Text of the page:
In such a scenario, Guru Gobind Singh (1666-1708) was ahead of his time. When one thinks of the warrior-saint, what comes to mind is the establishment of the Khalsa Panth. Persecution of the Sikhs by a fanatical Mughal ruler earlier had motivated them to turn into a martial race to defend their religion. But the process also helped create an awakening in society against caste distinctions and superstitions.

One Persian historian, Ghulam Muhai-ul-Din, reporting the Guru’s address to the Khalsa Panth at its installation at Anandpur, wrote as follows: “Let’s all embrace one creed and obliterate differences of religion. Let the four Hindu castes, which have different rules for their guidance, abandon them all, adopt one form of adoration, and become brothers. Let no one be deemed superior to another. Let none pay heed to the Ganges, and other places of pilgrimage which are spoken of with reverence in the scriptures or adore incarnations...but believe in Guru Nanak and the other Sikh Gurus. Let men of the four castes receive my baptism, eat out of one dish and feel no disgust or contempt for one another.” (The Sikh Religion by Macauliffe, Vol.V)

He enjoined upon baptised Sikhs to practise arms, and not show their back to the foes in battle. They were ever to help the poor and protect those who sought their protection. They must not look with lust on another’s wife or commit fornication, but adhere to their wedded spouses. They were to consider their previous castes erased, and deem themselves all brothers of one family. Sikhs were free to inter-marry among themselves but should have no social or matrimonial relations with smokers; with those who killed their daughters or with others who have fallen away from the tenets and principles of Guru Nanak. The Guru’s reforms and teachings had a magical impact on the outcastes. The story of the Sikh Mazhabi regiments, according to historians, conclusively proved the metamorphosis. It was all the more laudable, considering the conservatism and prejudices of that age. Prior to the time of Sikh Gurus, no general ever thought of raising an army from men who were believed to be unclean and polluted from birth. The Guru kept his promise to “change jackals into tigers” and the “dregs of humanity” into warriors, whose prowess and loyalty never failed their leaders.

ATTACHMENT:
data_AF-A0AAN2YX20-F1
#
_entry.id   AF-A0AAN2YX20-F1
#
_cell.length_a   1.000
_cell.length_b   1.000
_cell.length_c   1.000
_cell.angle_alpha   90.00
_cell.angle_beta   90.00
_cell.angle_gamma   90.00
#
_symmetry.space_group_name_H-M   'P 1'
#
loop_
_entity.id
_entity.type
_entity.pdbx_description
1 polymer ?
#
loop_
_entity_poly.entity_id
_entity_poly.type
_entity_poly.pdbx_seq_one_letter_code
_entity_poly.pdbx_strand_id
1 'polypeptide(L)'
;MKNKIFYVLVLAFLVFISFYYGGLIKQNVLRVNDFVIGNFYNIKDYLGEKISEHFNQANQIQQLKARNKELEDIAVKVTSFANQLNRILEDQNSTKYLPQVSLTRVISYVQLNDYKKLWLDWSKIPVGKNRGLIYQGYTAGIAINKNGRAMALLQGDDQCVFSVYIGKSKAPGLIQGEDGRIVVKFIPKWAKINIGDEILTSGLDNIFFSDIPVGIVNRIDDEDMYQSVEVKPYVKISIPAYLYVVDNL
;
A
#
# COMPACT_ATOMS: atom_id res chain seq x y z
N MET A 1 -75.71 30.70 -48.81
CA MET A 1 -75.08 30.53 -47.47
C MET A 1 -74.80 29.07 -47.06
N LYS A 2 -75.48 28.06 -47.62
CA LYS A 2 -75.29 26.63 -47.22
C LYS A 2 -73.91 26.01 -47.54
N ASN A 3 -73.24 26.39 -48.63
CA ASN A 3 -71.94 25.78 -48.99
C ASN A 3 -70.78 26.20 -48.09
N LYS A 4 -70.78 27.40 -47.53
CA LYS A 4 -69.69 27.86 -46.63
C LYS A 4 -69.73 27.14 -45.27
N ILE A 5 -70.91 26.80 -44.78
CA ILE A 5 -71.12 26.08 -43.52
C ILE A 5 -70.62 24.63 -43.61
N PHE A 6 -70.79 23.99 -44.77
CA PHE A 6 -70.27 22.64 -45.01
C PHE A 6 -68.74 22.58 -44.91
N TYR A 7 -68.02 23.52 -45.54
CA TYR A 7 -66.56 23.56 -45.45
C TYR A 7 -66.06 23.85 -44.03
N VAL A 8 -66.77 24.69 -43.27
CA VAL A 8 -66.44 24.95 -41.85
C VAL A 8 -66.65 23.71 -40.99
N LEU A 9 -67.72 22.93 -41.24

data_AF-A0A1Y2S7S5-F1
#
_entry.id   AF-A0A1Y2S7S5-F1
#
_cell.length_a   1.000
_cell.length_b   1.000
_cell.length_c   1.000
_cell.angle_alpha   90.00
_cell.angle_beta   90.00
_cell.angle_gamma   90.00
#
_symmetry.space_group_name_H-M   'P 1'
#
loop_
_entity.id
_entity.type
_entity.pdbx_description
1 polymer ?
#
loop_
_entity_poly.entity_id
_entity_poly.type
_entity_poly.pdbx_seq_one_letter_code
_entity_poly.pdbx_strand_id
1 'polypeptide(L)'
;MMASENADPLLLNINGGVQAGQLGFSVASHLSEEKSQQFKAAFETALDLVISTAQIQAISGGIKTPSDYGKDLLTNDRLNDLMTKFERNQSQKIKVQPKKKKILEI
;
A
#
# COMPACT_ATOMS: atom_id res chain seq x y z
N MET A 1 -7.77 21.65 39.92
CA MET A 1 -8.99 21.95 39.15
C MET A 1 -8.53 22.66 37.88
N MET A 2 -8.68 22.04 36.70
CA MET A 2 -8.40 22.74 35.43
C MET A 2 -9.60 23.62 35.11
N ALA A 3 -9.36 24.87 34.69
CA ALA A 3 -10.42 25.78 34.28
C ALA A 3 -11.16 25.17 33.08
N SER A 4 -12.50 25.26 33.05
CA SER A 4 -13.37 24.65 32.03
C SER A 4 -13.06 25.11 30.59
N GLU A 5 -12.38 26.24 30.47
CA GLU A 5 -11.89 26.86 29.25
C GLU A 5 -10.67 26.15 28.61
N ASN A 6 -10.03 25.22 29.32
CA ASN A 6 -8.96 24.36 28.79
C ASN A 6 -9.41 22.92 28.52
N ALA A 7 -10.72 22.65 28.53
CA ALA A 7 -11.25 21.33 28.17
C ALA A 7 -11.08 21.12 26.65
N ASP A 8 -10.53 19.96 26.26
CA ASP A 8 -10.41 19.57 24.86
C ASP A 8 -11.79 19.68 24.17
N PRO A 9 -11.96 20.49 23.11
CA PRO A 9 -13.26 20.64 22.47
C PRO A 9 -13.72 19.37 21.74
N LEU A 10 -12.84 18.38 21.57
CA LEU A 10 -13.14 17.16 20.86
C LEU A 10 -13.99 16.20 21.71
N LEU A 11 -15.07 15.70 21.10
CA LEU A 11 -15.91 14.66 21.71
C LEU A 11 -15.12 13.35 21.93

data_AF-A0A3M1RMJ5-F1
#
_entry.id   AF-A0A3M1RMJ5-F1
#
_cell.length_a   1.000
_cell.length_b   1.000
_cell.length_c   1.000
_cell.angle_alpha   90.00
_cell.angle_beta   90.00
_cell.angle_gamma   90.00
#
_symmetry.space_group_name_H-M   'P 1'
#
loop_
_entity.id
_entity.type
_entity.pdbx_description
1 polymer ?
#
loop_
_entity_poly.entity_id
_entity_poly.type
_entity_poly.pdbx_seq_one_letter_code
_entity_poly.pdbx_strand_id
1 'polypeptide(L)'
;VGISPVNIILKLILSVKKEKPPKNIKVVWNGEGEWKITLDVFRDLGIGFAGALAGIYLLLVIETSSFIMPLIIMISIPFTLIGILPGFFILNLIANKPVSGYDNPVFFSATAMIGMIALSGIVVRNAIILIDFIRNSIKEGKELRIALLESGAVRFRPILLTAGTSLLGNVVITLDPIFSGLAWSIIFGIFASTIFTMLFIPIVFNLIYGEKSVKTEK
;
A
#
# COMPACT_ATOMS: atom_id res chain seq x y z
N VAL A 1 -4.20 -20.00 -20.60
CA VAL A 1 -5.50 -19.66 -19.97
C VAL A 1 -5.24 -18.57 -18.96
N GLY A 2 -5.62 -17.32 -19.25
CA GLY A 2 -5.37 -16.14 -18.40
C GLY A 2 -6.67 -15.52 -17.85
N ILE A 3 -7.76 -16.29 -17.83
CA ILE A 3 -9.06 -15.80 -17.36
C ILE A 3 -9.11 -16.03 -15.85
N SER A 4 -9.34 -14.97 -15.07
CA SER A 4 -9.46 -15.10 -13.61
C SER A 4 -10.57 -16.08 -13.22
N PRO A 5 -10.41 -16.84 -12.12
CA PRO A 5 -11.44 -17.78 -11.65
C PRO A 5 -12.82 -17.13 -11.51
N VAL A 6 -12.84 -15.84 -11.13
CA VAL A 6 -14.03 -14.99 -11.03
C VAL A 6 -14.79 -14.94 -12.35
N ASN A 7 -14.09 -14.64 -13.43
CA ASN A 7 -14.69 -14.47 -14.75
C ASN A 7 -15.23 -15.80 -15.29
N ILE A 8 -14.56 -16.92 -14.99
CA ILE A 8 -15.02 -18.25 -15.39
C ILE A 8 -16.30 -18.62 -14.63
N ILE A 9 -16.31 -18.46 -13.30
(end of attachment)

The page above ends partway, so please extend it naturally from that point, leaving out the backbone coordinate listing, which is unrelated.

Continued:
Addressing the assembled rajas, he once minced no word as to their sinful ways: “How has your religious, political and social status deteriorated! You have abandoned the worship of the true God and addressed your devotions to gods, goddesses, rivers, trees and the like. Through ignorance you know not how to govern your territories; through indolence and vice, you disregard the interests of your subjects...In your quarrels regarding caste and lineage, you have not adhered to the ancient divisions of Hinduism into four sections but you have made hundreds of sub-sections and subordinate minor castes. You despise and loathe one another through your narrow prejudices and you act contrary to the wishes of the great almighty father.”

It is quite another matter that the minor satraps were not willing to abide by his instructions and turned against him for daring to challenge their privileges and oppressive ways. The Guru also told his disciples that so long as they were bound by caste and lineage, they were like donkeys. “I have clothed you in the garb of tigers and made you superior to all men.” But if you part with it and return to caste observances, you shall revert to your asinine condition and become subject to strangers...” If you revert to evil ways and superstitions from which I have delivered you, your last condition shall be worse than the first,” he had warned.

Guru Gobind Singh was born at Patna at a time when the nation’s honour was at its lowest ebb. The people were groaning under pain and humiliation at the hands of the then rulers. In his fight against oppression and injustice to create a new social order, he may not have met with total success. But historians like Arnold Toynbee have pointed out that he anticipated the thoughts of Lenin by 200 years.

“I have forgotten all vain religion and know in my heart that the creator is the only God.” When he wrote such lines in the Guru Granth Sahib and posed before a superstitious generation, “Why impress false religion on the world? It will be of no service to it...,” he was ahead of many modern thinkers.

M P K Kutty



Contempt of court action against Badal demanded
Our Correspondent

Rohtak, January 19
The Haryana Arya Pratinidhi Sabha has urged the state government to start contempt of court proceedings against Punjab Chief Minister Parkash Singh Badal for his statements about the SYL canal issue which showed a “total disregard” for the recent judgement of the apex court.

Addressing mediapersons here today, Prof Sher Singh, former Minister of State for Defence, and Swami Indervesh, former MP, warned that the sabha would launch a `satyagraha’ movement if the state government failed to pay the Punjab Government in the same coin.

They threatened that the activists of the sabha could go to any extent if no retaliatory action was taken by the state government within a month.

Both the leaders of the Arya Samaj alleged that Punjab was reluctant to provide Haryana’s due share of Ravi-Beas water and it would not start the construction of the canal to complete it even if the review petition was rejected outright by the court.